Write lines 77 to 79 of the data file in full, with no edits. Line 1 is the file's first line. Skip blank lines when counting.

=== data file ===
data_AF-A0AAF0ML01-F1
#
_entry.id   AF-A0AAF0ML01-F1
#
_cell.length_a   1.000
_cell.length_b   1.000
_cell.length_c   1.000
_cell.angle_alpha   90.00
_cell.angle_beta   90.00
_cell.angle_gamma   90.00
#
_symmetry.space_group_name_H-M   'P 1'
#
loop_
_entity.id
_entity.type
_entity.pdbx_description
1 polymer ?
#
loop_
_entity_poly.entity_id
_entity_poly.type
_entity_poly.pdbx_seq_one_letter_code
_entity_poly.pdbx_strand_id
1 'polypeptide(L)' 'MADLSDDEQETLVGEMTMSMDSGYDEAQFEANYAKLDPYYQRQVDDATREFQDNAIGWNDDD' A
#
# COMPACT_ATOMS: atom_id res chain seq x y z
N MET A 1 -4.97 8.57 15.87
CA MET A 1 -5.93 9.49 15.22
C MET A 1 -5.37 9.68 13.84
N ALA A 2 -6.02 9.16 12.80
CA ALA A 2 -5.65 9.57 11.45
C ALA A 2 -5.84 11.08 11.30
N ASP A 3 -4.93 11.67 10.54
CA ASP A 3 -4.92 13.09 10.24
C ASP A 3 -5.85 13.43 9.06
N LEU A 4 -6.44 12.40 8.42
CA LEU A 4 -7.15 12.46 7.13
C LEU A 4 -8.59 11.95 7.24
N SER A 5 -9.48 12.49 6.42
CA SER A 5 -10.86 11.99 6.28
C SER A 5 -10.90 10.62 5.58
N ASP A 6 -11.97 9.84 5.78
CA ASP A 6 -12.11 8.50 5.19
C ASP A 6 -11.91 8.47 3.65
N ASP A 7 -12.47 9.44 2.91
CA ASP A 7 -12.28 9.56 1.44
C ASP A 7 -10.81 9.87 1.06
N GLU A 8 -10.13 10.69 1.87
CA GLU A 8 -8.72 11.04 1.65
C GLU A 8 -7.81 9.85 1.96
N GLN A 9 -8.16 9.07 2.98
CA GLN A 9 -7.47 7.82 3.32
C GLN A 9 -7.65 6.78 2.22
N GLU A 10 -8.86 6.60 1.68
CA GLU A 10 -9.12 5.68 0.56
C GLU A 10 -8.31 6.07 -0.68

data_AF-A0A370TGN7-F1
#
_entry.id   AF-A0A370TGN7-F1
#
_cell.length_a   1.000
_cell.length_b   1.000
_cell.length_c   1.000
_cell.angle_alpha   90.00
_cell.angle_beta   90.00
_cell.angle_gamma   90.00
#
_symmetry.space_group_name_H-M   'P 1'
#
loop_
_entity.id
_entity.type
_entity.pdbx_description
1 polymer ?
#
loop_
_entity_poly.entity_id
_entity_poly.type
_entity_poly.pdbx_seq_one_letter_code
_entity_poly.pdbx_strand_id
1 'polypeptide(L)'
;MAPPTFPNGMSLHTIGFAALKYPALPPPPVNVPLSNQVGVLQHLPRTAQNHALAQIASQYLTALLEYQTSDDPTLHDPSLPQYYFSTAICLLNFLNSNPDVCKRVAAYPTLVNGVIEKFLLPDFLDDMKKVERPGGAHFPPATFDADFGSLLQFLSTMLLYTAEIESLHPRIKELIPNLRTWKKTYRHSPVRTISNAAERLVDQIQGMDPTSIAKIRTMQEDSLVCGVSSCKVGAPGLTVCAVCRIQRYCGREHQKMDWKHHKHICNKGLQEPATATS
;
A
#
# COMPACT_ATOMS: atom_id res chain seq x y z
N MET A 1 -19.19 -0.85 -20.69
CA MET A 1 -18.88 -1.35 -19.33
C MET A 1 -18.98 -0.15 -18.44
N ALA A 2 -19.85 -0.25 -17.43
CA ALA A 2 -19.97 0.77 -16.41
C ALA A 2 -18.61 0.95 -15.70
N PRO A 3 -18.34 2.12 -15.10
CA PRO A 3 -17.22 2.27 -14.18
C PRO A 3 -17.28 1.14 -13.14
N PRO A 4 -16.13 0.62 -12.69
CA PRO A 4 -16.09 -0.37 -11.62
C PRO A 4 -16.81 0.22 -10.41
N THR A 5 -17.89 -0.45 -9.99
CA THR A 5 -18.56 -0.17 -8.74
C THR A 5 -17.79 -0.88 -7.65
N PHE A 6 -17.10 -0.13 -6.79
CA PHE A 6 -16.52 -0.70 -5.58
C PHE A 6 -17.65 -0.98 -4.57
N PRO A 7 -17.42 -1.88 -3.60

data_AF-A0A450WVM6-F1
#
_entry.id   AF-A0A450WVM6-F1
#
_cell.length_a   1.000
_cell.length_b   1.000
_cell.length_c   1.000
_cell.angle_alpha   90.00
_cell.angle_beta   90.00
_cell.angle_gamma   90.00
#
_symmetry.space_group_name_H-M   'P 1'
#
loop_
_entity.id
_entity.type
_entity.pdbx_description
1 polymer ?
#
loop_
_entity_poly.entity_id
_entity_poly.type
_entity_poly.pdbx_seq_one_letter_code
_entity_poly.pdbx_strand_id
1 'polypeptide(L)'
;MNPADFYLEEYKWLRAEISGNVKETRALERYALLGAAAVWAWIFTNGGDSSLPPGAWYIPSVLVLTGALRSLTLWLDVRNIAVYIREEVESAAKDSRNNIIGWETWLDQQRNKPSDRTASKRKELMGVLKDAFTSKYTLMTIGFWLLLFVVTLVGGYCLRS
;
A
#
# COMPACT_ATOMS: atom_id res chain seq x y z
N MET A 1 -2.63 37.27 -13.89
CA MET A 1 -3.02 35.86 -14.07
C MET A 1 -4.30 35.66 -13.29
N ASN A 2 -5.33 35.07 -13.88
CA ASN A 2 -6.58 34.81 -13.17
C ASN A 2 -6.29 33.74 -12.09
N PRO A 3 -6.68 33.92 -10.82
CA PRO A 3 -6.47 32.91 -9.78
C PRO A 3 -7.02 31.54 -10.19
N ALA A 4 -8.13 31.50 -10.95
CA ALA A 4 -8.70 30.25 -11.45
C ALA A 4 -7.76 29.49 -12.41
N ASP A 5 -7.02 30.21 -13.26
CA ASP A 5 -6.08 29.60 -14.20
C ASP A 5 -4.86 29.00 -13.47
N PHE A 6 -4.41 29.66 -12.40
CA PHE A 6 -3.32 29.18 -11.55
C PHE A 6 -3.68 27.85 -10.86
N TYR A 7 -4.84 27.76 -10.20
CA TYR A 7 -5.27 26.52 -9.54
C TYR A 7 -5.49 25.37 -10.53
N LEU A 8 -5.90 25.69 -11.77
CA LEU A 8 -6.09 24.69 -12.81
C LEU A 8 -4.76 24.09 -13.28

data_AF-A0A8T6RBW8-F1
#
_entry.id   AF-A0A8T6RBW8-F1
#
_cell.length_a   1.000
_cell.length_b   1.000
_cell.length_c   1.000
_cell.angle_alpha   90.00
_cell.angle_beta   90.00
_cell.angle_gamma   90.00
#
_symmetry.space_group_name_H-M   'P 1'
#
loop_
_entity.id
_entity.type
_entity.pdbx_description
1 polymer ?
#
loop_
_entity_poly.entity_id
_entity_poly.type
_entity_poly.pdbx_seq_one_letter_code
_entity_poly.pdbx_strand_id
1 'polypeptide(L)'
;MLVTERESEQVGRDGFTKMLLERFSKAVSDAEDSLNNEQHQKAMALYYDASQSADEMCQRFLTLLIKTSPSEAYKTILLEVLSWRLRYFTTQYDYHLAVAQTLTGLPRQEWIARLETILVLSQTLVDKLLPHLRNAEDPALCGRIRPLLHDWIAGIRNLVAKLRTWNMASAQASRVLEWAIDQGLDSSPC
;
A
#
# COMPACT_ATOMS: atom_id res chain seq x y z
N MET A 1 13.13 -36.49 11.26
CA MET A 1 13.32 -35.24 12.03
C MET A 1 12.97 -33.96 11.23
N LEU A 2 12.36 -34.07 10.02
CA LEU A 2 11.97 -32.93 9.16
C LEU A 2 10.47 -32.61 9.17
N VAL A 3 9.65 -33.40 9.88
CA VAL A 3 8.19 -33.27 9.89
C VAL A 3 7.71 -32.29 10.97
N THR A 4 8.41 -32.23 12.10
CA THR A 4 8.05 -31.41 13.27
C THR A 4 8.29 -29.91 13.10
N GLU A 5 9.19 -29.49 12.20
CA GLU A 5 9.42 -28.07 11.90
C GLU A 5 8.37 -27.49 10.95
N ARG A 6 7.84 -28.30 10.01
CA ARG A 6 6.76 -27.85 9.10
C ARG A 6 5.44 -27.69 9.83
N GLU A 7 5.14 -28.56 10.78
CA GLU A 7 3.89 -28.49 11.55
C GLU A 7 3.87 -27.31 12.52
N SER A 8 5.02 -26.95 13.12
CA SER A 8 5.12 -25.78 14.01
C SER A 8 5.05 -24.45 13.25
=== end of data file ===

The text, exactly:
loop_
_entity_poly.entity_id
_entity_poly.type